Soon after Tayn Stefanidis and Adrian Russell launched their building company in 2006, and had completed two townhouses with the plan to move in to developing townhouses - the sector collapsed.
It was a huge challenge to the fledgling business owners but they didn't give up - they adapted - and leapt in to the add-ons and alterations market.
"It was really tough," said Stefanidis.
It's a potentially lucrative market, but Wellington-based S&R Residential was competing with established builders, he said.
"Neither Adrian or I are natural salesman so putting ourselves out there has just been one of those things we've had to do."
Stefanidis, who had a strong building management background, became the project manager in the office, while Russell took on the role of site manager.
The company targeted the niche high-end part of the market - sent out letters, backed up with phone-calls and tried to get an opportunity to tender.
At first they began doing alterations for family and friends but soon attracted other work.
A strong work ethic, good retention of staff, and expert workmanship meant the company last year won Silver Home of the Year award at the Wellington Regional Masters Builders Awards, for a replica turn-of-the-century home they built from scratch.
This year, they won no less than five awards - including the Supreme Renovations Award, Gold in renovations over $500,000 category, a GIB lifestyle award and a craftmanship award.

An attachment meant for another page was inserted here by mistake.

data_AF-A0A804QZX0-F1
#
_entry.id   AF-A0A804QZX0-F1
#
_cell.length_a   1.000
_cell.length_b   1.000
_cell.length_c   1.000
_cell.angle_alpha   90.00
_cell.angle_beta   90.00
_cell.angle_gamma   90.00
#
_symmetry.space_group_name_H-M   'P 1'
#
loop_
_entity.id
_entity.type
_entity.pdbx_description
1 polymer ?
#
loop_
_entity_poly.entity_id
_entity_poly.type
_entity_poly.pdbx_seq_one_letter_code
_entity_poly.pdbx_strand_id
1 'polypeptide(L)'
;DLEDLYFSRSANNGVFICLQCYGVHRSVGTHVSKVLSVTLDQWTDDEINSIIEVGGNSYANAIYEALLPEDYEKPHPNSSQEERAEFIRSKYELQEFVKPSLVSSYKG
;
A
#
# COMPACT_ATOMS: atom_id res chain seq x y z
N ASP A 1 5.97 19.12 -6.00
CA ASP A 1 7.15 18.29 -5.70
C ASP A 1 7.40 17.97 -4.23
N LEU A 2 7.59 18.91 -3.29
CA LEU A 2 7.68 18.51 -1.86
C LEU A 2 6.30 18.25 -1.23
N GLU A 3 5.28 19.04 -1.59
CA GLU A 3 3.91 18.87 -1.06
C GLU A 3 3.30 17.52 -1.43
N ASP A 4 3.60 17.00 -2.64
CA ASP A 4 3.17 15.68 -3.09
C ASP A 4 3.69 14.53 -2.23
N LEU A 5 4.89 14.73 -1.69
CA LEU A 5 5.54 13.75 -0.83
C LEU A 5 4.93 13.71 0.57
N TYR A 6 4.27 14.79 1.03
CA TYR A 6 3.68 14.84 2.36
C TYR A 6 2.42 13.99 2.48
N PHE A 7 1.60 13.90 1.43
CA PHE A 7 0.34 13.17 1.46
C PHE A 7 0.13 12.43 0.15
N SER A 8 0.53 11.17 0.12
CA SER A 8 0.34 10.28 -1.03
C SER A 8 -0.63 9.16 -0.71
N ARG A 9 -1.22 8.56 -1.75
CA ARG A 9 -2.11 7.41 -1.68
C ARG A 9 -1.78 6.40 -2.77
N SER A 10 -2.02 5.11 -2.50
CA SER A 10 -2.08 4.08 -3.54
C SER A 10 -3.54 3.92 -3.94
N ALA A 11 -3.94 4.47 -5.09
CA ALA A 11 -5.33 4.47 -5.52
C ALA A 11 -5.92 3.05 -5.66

They snagged the Supreme Renovations Award for the work they did on a Karori home designed by prestigious architect Philip Porrit of Jazmax.
How did they get the Porrit contract? Stefanidis said they ensured they knew what their costs were and made themselves competitive through price and a tight projected contract period.
The awards mean the company will get a further foothold in the market. When building market conditions improve, they want to develop their own stand-alone residential homes, said Stefanidis.
Why did you become an entrepreneur?
Both Adrian and I had been working within the building industry for many years, Adrian about 20 years and I had worked for about 13 years.
We were of the opinion, that between the two of us, we had a reasonable grasp of the basic fundamental skills required to own and operate our own business and both had a desire to do something for ourselves.
What have been the biggest obstacles in running your own company?
We initially set out wanting to do our own development work (one or two projects a year) while also knowing we would have to do full contract projects for clients to keep the cash flow sound.
Name one thing you've learnt from while in business and from whom.
The most important thing I've learnt was taught to me by my former employer who drilled into me the importance of "knowing your costs". As basic as it sounds it is one of the reasons we have survived and grown through the last six years.
What are your business and personal goals?
We both want to have a successful and sustainable business that allows both us and our employees the opportunity to learn and grow. I think we both put the dreams of early retirement and riches behind us very early on in our journey and put the focus into growing a reputation for producing quality workmanship and creating a brand that people want to use.
Do you have any tips for budding entrepreneurs?
There's never a "right" time to take the leap, you can start a business and grow it in any climate. Never assume and know your costs!
- © Fairfax NZ News
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